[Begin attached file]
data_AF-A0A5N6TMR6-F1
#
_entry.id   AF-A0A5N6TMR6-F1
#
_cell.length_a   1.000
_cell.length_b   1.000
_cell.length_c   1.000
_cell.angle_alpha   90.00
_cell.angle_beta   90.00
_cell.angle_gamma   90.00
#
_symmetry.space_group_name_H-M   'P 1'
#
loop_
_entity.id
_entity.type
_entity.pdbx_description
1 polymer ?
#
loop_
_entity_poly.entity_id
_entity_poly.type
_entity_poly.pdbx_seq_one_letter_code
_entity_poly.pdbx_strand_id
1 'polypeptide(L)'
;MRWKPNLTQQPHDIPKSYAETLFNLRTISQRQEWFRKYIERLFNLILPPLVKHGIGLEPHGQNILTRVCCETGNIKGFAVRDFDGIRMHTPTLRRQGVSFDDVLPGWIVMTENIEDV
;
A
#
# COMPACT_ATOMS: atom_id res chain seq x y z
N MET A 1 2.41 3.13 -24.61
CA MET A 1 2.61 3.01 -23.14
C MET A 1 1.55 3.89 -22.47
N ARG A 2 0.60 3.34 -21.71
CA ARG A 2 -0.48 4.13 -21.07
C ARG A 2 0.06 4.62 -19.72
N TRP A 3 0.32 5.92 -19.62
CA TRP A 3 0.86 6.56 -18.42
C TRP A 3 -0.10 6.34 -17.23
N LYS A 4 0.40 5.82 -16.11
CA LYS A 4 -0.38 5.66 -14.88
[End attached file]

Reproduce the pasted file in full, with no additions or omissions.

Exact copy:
data_AF-A0A5N6TMR6-F1
#
_entry.id   AF-A0A5N6TMR6-F1
#
_cell.length_a   1.000
_cell.length_b   1.000
_cell.length_c   1.000
_cell.angle_alpha   90.00
_cell.angle_beta   90.00
_cell.angle_gamma   90.00
#
_symmetry.space_group_name_H-M   'P 1'
#
loop_
_entity.id
_entity.type
_entity.pdbx_description
1 polymer ?
#
loop_
_entity_poly.entity_id
_entity_poly.type
_entity_poly.pdbx_seq_one_letter_code
_entity_poly.pdbx_strand_id
1 'polypeptide(L)'
;MRWKPNLTQQPHDIPKSYAETLFNLRTISQRQEWFRKYIERLFNLILPPLVKHGIGLEPHGQNILTRVCCETGNIKGFAVRDFDGIRMHTPTLRRQGVSFDDVLPGWIVMTENIEDV
;
A
#
# COMPACT_ATOMS: atom_id res chain seq x y z
N MET A 1 2.41 3.13 -24.61
CA MET A 1 2.61 3.01 -23.14
C MET A 1 1.55 3.89 -22.47
N ARG A 2 0.60 3.34 -21.71
CA ARG A 2 -0.48 4.13 -21.07
C ARG A 2 0.06 4.62 -19.72
N TRP A 3 0.32 5.92 -19.62
CA TRP A 3 0.86 6.56 -18.42
C TRP A 3 -0.10 6.34 -17.23
N LYS A 4 0.40 5.82 -16.11
CA LYS A 4 -0.38 5.66 -14.88